The reason why these trends are not independent is that autonomous vehicles will make sharing vehicles cheaper. And more sharing and more autonomy in turn feed more electrification as the total cost of ownership goes down with higher vehicle utilization. When I presented that thesis to a room of executives, including in the automotive industry, four years ago, most of them said that this scenario is at best 20 years away, that “Tesla would never be able to produce a solid car,” and that “Lyft and Uber are just for Millennials.” Of course, the tide has shifted, and now all automobile manufacturers are in a race toward that future. General Motors has made significant progress with its autonomous technology; Mercedes and BMW have partnered for shared mobility solutions; and all manufacturers have announced plans for electrification of their models.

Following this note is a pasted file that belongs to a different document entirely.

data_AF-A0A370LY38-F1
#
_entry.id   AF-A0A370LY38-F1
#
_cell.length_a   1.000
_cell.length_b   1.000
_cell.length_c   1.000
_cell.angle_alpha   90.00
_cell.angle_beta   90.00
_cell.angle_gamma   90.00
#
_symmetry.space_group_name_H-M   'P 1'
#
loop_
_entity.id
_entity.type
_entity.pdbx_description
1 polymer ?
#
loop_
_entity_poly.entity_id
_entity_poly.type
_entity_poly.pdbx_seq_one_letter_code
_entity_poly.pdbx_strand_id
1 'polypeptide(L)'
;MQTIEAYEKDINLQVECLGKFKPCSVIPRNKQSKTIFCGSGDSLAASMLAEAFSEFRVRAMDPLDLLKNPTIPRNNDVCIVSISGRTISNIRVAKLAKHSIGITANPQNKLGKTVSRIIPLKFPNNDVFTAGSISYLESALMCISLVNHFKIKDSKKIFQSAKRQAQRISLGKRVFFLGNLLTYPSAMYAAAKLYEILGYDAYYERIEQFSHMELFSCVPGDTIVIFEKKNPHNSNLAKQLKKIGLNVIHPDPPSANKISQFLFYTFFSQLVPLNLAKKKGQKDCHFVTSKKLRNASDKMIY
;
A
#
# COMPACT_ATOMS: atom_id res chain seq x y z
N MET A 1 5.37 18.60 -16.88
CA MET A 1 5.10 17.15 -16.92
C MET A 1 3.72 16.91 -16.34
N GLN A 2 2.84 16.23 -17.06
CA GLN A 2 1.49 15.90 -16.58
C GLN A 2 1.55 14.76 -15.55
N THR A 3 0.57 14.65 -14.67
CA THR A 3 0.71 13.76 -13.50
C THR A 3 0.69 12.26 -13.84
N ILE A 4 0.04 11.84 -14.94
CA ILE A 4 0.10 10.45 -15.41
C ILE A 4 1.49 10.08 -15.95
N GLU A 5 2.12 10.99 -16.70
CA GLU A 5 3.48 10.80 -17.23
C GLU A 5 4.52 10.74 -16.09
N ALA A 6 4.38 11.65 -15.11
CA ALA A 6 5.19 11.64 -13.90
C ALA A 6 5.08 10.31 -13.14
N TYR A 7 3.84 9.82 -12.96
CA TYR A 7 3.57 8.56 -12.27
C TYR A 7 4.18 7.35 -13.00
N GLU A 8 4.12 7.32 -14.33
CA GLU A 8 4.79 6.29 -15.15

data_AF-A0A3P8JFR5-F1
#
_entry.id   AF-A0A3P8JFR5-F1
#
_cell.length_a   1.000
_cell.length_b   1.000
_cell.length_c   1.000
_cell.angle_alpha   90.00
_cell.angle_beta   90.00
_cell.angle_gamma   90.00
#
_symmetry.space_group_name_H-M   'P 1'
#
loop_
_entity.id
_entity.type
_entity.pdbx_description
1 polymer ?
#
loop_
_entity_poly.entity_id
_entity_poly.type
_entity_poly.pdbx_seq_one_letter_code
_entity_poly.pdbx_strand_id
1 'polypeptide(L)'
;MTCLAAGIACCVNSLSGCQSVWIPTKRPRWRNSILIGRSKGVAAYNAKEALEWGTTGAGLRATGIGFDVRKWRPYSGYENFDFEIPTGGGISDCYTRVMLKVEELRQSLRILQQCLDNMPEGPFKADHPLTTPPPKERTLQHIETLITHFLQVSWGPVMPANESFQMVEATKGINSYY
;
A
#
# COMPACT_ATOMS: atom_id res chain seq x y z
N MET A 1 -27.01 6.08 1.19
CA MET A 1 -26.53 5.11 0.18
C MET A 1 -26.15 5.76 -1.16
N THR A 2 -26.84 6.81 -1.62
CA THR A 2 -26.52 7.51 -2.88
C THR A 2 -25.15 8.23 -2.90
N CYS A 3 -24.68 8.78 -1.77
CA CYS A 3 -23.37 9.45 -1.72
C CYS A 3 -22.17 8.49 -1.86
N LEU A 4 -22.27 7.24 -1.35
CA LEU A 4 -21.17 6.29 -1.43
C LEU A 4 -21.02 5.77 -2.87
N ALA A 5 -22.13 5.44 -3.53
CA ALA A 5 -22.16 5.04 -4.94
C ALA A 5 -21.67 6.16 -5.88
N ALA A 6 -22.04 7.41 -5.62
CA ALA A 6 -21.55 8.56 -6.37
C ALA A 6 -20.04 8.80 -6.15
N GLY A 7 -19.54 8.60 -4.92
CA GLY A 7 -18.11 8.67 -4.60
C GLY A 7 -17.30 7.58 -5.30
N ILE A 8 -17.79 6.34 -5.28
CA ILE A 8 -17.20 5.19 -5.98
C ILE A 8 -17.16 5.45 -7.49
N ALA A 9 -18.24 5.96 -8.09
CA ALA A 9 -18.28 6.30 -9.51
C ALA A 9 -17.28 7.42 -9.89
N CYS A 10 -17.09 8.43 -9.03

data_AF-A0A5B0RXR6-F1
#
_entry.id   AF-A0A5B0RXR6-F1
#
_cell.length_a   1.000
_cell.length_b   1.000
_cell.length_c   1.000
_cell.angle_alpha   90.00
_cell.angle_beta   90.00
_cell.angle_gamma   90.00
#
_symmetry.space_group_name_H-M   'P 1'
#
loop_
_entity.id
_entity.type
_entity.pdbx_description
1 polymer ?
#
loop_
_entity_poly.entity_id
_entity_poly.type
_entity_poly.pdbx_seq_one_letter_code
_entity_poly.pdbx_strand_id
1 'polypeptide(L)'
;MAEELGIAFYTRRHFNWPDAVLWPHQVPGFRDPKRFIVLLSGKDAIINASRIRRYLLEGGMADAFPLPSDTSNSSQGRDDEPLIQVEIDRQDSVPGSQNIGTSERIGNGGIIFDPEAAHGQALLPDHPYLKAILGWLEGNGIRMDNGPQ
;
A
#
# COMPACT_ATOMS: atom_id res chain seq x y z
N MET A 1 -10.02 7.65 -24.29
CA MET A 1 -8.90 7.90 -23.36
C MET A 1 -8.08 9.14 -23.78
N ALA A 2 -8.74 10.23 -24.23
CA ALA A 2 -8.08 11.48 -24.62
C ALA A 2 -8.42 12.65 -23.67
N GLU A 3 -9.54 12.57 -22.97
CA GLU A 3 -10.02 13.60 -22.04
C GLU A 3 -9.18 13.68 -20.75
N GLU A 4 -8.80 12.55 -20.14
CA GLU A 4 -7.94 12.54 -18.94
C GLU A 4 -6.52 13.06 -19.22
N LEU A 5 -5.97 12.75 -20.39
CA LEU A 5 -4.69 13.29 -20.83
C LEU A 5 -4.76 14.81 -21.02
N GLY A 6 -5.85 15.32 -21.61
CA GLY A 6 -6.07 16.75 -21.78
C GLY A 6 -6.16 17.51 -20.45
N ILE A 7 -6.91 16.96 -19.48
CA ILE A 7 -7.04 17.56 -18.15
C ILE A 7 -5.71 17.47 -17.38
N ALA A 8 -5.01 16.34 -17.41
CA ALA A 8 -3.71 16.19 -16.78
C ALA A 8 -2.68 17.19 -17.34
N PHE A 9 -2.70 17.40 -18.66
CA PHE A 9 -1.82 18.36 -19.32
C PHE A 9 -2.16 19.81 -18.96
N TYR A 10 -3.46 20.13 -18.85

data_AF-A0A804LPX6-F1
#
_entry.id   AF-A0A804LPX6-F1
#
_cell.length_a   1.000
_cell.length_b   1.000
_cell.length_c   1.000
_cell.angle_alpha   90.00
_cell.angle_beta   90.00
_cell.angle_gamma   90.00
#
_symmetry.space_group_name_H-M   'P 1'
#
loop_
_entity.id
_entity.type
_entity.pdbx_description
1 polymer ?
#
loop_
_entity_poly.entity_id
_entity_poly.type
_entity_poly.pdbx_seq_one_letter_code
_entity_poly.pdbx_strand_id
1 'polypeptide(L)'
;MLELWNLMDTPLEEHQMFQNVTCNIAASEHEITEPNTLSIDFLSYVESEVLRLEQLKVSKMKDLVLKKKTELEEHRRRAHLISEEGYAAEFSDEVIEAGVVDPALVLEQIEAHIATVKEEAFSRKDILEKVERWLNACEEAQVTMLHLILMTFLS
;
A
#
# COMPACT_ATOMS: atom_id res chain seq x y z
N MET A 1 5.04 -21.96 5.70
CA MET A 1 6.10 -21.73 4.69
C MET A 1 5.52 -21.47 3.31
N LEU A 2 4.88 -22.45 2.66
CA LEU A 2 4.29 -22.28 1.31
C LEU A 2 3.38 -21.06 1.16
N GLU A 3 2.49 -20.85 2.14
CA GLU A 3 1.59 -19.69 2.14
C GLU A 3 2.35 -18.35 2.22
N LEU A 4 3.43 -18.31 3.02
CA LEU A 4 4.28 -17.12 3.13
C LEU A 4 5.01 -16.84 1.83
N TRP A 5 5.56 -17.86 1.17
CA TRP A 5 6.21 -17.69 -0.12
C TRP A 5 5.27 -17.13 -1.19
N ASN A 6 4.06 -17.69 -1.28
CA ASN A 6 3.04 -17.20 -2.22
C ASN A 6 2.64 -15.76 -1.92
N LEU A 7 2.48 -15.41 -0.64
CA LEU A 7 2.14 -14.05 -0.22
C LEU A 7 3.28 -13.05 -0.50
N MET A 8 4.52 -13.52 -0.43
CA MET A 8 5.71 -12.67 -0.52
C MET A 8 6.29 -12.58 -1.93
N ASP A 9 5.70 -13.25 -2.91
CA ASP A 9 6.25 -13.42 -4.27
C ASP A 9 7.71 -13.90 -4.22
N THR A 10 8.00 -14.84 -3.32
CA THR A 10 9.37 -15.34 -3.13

Musk’s compensation plan, with its ambitious targets for market capitalization, focuses the mind on exactly this vision. For Tesla to reach a $650 billion valuation by 2028, the market will have to shift dramatically, with electric vehicles becoming the overwhelming percentage of all new sales. That would boost Tesla revenues from both vehicles and batteries. Such a future would also likely require that Tesla’s autonomous pilot technology becomes state-of-the-art, allowing it to be used safely and widely in Tesla vehicles but also potentially through licensing by other players.